One final thought about the emissions from aviation is that they have a longer ‘residence time’ in the atmosphere since they are emitted at high altitudes directly into the stratosphere or troposphere. This means that the gases or particles stay in the atmosphere longer and therefore do more damage to the environment. 


I hope it is clear at this point that quantifying the impacts from aviation on the environment is not as simple as it might first appear. This highlights the fact that the atmosphere is not yet fully understood, and we should therefore be extremely careful about what we pump into it. You never know what effect it might turn out to have. 

For all this complicated chemistry and physics, there is only really one thing that the average person needs to know, and that is that the impact of flying is much much higher than the impact of all other modes of transport. It simply takes a lot of energy to propel an 80-tonne plane to 35,000 feet. As we know, energy cannot be created or destroyed, so the fuel to generate this energy has to come from somewhere.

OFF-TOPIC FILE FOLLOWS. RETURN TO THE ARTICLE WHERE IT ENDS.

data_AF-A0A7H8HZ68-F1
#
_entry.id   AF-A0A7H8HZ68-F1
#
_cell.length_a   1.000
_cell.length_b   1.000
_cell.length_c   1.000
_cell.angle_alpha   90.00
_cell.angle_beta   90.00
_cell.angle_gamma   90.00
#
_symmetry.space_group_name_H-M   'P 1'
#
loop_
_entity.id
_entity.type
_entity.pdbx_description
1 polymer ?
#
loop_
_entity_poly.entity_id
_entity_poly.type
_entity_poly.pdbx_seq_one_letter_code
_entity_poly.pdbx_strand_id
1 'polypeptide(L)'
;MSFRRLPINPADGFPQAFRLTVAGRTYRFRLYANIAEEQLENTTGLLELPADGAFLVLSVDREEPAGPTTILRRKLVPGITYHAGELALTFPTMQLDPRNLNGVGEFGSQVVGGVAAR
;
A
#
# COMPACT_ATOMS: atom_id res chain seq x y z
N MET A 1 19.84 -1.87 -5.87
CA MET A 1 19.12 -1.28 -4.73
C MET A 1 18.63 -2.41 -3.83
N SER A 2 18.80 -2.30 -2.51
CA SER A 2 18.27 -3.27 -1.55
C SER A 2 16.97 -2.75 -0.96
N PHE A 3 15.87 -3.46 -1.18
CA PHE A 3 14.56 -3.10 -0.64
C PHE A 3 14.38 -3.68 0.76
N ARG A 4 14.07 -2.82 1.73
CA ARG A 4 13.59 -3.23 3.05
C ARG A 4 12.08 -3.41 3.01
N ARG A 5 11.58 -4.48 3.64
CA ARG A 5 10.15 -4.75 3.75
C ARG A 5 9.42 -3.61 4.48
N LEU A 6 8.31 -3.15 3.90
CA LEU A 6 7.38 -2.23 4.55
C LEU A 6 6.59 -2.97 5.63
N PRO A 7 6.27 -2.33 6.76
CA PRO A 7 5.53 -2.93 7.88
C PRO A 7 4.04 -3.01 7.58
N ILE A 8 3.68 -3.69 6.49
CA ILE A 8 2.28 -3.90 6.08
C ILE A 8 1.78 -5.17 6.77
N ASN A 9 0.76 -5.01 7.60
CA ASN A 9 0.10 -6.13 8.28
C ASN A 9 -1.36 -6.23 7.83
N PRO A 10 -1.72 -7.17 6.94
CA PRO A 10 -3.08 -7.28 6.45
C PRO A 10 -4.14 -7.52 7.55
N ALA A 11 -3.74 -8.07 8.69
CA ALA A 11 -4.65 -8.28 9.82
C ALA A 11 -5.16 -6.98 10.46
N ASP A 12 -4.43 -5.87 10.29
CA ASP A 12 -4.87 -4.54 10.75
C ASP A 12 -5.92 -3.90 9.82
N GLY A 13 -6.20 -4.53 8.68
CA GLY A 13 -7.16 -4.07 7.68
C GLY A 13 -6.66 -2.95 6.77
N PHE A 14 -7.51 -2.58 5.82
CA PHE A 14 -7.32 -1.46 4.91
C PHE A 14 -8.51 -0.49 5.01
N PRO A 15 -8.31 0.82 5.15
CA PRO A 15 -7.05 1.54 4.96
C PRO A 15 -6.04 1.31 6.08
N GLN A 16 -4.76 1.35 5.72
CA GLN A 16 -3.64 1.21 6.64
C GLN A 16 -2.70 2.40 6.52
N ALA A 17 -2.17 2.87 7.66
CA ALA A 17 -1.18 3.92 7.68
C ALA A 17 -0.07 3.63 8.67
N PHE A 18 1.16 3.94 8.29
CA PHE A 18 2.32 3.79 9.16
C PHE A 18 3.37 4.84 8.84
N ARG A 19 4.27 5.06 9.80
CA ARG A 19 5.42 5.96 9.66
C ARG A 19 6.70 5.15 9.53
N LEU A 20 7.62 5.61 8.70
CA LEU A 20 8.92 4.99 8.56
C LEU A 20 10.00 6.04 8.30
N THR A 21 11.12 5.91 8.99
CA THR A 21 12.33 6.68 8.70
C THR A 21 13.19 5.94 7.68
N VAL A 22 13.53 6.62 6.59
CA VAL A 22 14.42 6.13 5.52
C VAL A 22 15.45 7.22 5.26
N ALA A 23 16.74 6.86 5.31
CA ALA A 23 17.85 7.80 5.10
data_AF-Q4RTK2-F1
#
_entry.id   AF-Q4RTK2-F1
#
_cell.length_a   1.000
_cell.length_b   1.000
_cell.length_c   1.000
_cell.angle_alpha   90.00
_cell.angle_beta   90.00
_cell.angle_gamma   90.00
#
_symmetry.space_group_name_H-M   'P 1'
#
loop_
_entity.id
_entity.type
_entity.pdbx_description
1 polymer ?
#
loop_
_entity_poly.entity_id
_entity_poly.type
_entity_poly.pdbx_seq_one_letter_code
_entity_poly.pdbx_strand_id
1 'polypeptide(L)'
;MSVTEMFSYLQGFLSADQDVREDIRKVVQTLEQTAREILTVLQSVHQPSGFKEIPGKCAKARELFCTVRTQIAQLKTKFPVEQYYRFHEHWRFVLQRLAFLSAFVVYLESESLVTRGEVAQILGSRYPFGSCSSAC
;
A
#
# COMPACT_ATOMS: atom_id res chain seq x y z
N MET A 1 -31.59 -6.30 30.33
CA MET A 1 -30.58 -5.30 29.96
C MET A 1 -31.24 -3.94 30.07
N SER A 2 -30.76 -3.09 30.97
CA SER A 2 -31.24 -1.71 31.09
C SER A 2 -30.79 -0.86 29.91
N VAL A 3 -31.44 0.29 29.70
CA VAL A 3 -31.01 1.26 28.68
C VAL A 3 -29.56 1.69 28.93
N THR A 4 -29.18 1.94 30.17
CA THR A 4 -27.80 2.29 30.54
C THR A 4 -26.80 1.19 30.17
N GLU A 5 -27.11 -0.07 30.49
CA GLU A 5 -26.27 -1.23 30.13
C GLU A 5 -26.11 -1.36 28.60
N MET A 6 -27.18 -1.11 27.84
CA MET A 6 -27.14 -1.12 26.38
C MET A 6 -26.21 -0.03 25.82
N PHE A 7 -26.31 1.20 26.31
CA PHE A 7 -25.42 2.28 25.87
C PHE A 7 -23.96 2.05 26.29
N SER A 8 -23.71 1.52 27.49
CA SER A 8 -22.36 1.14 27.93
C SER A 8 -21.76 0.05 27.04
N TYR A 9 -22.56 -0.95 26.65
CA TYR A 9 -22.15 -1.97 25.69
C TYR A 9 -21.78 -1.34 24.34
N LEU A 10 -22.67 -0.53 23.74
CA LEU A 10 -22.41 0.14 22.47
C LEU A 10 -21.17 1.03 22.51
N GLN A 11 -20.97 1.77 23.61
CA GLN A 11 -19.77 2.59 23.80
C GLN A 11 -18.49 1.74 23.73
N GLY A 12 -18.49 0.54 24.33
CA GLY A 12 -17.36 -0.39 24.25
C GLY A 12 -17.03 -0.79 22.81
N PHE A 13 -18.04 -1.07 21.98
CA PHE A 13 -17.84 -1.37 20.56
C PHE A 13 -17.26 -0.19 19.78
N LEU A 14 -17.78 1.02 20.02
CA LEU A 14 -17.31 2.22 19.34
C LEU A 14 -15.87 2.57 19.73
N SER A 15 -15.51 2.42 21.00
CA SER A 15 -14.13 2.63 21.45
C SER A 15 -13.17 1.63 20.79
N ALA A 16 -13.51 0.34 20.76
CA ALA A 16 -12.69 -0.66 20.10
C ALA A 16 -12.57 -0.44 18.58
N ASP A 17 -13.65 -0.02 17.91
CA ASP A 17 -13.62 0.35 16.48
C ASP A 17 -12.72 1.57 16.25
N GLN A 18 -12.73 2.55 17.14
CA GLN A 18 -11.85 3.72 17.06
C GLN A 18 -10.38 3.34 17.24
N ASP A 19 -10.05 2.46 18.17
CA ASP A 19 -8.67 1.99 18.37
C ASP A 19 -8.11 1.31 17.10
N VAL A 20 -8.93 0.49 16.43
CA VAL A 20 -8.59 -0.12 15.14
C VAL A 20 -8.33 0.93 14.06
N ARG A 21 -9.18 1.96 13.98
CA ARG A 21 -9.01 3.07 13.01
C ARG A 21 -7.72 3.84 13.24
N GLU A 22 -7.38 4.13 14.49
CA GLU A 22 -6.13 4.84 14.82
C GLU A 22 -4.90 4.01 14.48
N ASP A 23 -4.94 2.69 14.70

Try to avoid flying whenever possible! Trains and ferries may take longer to get you where you need to go, but they will be more enjoyable and have a much lower impact on the environment and the future of our young people. 


Definitions and implications of climate-neutral aviation

The global scale, distribution and growth of aviation: Implications for climate change

Environmental impact assessment of aviation emission reduction through the implementation of composite materials

Passenger Aviation and High Speed Rail: A Comparison of Emissions Profiles on Selected European Routes

Marginal climate and air quality costs of aviation emissions

CO2 Emissions per Capita

Impact of aircraft NOx emissions on the atmosphere – tradeoffs to reduce the impact

Issue Brief | The Growth in Greenhouse Gas Emissions from Commercial Aviation (2019, revised 2022)

Emission metrics for quantifying regional climate impacts of aviation

Black Carbon

Environmental Effects of Aviation

Contrails: How tweaking flight plans can help the climate

The contribution of global aviation to anthropogenic climate forcing for 2000 to 2018

Trading off Aircraft Fuel Burn and NOx Emissions for Optimal Climate Policy

The residence times of aircraft emissions in the stratosphere using a mean emission inventory and emissions along actual flight tracks

Marginal climate and air quality costs of aviation emissions 

The contribution of aviation NO x emissions to climate change: are we ignoring methodological flaws?